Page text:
Sometimes small changes are the best solution to grand challenges. That’s what three students learned this summer when they traveled to Haiti to improve access to clean water for a group of families living in the village of Monchil, a suburb of Jacmel.
History major Sarah Nusbaum ’13 (South Salem, N.Y.), English and psychology double major Madeleine O’Neill ’13 (Katonah, N.Y.), and mechanical engineering major Jessica Rothstein ’13 (Narberth, Pa.) worked with Community Coalition for Haiti to introduce a water filtration system that removes turbidity and treats pathogens.
When they first arrived in Haiti, they found that the families they originally planned to work with did not have turbid water, rendering the team’s filter system over-qualified. But other families in Monchil were very interested in the team’s system.
“[The project] broke down and reinforced our faith in humanity at the same time,” says Nusbaum. “It reminded us that every single person needs to be a positive force in changing the world in whatever way they can because we have so much potential to do better than we are doing.”
Nurturing that potential is one of the primary goals of the National Academy of Engineering Grand Challenges Scholars Program. Engineering is the focus, but Lafayette believes that solving complex problems requires innovative solutions through contributions from both engineering and the liberal arts. Each Grand Challenges team receives a summer research stipend of $3,000 per student, a budget of up to $3,000 for project expenses, and on-campus summer housing after the junior year. Students also receive funding to participate in the Grand Challenges Scholars Program National Summit during their senior year.
The team bought individual filters from a local filter plant for the first group of families to fulfill their commitment. They then implemented their original filter design with the second group of families, which lives in a compound of shacks and cement homes across from their primary water source, the Grand Rivière de Jacmel.
The river, where many people get their water, is lined with heaps of garbage, which attract pigs and other animals. The team did not want to shortchange the original design by installing it without the research necessary to support its long-term maintenance and use, so the students developed a system based on a proven Centers for Disease Control model for water, sanitation, and hygiene initiatives.
While most people in the United States overlook clean water as an innate right, it is a luxury with dramatically positive effects for Haitian families, says O’Neill. Clean water is very much tied to money, health, and time.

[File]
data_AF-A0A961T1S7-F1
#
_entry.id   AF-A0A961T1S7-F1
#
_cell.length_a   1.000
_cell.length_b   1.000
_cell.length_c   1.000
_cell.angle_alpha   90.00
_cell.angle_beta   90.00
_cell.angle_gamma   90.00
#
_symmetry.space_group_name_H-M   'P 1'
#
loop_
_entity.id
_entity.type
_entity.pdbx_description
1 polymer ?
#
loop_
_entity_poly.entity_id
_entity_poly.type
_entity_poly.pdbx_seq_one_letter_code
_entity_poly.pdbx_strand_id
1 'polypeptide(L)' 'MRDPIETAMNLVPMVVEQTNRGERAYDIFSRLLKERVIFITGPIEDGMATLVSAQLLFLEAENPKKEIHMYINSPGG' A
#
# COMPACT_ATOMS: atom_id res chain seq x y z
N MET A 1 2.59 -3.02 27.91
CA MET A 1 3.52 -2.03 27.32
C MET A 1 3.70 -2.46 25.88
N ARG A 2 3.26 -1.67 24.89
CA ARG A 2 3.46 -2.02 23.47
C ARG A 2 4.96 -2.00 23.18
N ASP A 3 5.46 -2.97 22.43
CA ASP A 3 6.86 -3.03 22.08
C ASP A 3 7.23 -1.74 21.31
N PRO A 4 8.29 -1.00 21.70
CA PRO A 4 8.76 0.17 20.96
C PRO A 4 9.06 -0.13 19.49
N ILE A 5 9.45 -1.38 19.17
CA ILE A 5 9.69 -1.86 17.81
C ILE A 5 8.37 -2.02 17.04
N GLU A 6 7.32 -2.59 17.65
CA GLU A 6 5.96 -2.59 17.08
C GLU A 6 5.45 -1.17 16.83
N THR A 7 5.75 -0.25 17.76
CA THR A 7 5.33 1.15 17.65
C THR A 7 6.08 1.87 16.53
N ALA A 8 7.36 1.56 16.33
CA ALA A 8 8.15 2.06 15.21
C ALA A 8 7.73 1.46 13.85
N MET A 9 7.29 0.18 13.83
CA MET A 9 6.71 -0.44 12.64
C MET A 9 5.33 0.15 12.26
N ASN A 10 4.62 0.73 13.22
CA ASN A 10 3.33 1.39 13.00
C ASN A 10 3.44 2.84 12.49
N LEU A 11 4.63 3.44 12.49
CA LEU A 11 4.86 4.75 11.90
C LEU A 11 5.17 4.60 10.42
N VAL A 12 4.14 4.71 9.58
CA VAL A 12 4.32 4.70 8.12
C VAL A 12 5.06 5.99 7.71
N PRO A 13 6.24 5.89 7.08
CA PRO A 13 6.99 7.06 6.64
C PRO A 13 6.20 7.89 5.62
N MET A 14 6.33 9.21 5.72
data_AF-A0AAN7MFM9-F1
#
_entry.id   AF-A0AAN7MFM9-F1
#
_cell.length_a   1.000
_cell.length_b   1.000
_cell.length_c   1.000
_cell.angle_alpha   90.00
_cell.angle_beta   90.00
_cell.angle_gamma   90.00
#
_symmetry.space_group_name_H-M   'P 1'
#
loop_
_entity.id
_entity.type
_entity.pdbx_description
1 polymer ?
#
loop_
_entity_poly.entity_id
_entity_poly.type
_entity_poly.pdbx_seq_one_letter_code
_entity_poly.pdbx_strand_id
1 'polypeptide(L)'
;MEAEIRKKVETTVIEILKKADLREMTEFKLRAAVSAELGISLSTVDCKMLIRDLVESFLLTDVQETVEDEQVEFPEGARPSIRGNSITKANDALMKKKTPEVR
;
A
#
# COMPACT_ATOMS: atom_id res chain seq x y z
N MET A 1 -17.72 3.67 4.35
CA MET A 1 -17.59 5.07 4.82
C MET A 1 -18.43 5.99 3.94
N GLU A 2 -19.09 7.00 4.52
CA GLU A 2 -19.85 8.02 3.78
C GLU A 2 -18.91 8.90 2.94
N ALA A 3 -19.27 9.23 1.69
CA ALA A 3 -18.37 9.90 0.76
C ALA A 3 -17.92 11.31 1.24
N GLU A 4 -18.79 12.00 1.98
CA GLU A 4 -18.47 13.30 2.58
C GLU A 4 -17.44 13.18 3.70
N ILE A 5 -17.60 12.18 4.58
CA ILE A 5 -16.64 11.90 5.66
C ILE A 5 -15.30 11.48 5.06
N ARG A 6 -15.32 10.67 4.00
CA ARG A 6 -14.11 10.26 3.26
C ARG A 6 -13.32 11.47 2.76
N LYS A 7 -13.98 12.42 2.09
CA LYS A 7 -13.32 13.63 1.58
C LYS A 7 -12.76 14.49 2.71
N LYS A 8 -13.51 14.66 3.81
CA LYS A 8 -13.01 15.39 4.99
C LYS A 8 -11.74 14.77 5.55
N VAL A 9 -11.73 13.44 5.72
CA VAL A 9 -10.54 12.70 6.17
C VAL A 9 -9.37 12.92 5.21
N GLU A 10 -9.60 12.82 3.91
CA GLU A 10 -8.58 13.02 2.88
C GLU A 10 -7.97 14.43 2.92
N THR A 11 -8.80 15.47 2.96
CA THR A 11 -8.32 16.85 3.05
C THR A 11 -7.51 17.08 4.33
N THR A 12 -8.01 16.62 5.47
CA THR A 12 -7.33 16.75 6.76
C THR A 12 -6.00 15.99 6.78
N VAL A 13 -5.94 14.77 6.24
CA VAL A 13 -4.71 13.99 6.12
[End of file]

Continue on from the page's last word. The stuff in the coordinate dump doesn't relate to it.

“A lot of these people have continued to face challenge after challenge without any sort of relief,” adds Rothstein. “Hopefully our water filtration system will provide some ease for a few families. If they don’t have to worry about clean water, then they can focus on other things like food, shelter, and school for their children.”
Improving water and working around abject poverty—Haiti was devastated by a 7.0-magnitude earthquake in 2010, making clean water difficult to obtain—weren’t the only challenges the team faced. The students also had to reevaluate their role within the cultural context of the country. For instance, it was considered an affront when the students offered compensation for help from the locals as the students were viewed as partners, not missionaries.
The welcoming nature of the people and their commitment to family and community were present everywhere. Locals eagerly taught the team about their lives and culture and volunteered to help with the filtration system. But the barbed wire, dilapidated buildings, garbage, stray dogs, broken-down apartments, and makeshift shanties are a stark contrast to the vibrant and colorful landscape.
O’Neill admits it was challenging at first to bridge the team’s disparate disciplines, but it didn’t take much digging to find common ground. In many ways, she says, it was the perfect culmination of three years of a liberal arts education.
“We are each sensitive to different aspects of the problem and the solution, all of which are important to maximize the success of the project,” she says. “It was a great experience to learn so much about each other’s disciplines and open our minds to different viewpoints. We are all very motivated by helping others, and this project was a wonderful opportunity to apply that side of ourselves. We definitely felt a stronger connection because of the real-world implications and the immense potential to do good.”